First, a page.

De-soldering them is a different story, that is very annoying and difficult, although I guess if I had the correct tools it would have been better. All I had was solder wick, and I was lucky I didn't mess up anything more involved than resistors and caps (of which I had spares thankfully).

I'm sure others will chime in on the sound quality of SMT resistors and caps. It has been discussed before on this site, so do a search. I think it would be advisable to avoid SMT caps anywhere near the signal path.

Good luck, it should be a fun project...
Adrian
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Old 23rd April 2002, 12:02 AM   #3
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Default SMT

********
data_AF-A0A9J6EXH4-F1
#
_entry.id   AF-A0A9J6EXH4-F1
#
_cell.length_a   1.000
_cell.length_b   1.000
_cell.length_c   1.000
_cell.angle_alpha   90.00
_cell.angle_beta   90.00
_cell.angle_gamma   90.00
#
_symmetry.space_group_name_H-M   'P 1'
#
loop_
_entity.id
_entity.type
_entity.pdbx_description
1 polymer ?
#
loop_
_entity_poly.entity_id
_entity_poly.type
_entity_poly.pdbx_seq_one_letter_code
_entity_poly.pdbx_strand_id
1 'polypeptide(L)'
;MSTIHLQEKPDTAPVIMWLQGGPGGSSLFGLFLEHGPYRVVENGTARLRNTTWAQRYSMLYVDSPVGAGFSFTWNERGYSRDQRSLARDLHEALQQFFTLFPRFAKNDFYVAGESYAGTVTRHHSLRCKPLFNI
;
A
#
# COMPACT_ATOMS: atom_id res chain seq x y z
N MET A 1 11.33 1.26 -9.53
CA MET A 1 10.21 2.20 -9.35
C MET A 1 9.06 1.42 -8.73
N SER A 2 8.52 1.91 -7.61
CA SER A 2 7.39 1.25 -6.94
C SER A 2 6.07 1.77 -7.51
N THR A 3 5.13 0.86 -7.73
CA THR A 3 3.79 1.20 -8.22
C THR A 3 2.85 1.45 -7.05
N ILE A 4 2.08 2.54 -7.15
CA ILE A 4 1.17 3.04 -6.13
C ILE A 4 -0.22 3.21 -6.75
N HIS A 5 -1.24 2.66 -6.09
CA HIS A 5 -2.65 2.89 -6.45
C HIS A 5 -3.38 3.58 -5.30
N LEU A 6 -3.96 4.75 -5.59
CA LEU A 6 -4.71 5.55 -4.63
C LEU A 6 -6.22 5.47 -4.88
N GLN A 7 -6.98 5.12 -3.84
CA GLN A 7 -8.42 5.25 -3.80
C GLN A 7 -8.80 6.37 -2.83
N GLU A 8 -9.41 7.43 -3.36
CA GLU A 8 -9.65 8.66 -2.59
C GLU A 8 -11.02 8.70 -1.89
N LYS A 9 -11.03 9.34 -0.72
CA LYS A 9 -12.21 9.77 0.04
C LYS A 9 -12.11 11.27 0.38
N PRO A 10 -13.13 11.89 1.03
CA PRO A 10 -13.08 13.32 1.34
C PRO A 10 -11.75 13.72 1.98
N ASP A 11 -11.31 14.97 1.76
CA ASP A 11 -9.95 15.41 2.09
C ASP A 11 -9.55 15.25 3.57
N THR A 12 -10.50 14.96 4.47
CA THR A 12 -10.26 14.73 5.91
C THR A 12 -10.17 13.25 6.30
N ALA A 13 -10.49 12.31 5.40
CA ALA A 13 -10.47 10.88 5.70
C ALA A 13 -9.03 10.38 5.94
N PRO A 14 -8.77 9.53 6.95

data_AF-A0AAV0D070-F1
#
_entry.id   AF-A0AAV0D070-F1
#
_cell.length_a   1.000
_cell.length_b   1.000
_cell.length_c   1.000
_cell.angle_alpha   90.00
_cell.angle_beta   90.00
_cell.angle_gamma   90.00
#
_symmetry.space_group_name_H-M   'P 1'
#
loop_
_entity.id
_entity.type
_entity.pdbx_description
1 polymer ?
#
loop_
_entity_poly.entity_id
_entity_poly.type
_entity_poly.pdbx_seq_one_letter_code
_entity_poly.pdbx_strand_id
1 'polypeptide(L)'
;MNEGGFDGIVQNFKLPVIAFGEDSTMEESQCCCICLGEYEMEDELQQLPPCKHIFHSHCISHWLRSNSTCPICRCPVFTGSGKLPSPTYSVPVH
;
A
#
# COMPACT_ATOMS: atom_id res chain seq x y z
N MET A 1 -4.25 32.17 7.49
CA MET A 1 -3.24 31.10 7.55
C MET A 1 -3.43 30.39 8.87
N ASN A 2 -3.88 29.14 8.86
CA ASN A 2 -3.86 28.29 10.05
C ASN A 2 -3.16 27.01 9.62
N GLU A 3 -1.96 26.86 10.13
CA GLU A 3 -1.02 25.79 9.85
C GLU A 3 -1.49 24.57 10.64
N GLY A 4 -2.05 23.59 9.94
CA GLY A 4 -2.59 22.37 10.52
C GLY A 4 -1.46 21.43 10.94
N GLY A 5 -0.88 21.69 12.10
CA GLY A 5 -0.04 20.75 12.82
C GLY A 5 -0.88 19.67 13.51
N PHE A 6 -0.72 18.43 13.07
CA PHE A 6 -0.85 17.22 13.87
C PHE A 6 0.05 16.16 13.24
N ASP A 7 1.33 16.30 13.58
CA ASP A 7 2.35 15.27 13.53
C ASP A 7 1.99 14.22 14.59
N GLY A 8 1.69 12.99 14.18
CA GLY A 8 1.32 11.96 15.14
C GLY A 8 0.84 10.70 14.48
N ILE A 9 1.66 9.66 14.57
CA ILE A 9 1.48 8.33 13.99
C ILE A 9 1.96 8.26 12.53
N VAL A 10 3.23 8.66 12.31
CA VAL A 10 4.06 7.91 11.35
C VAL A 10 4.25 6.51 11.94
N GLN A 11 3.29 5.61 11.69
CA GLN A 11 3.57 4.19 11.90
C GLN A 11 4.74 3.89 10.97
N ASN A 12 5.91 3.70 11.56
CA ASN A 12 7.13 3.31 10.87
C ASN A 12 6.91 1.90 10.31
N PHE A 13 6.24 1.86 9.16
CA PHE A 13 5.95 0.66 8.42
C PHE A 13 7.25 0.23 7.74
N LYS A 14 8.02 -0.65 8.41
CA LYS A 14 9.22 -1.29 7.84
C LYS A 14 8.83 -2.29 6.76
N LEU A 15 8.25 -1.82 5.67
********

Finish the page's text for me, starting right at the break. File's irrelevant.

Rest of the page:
the current issue of Circuit Cellar has a "smt-it-yourself" guide. it's easier than cutting a lot of holes and there are a lot of new more efficient devices which are only available in SMT -- such as the low noise switchers for power supplies (although there are very good through-hole devices available.) My advice to you,young man: get used to using an illuminated magnifier.
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Old 23rd April 2002, 12:07 AM   #4
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Hello Marc,


I replaced some opamps (smd) and I must agree with Adrian, the soldering isnīt that difficult (when youīve got a nice magnifying glas), the desoldering of the old devices is. Resistors and caps are fairly easy but opamps defenitly arenīt. I removed about 20 opamps and had to replace 3 or 4 tracks that just hung on to the opamps.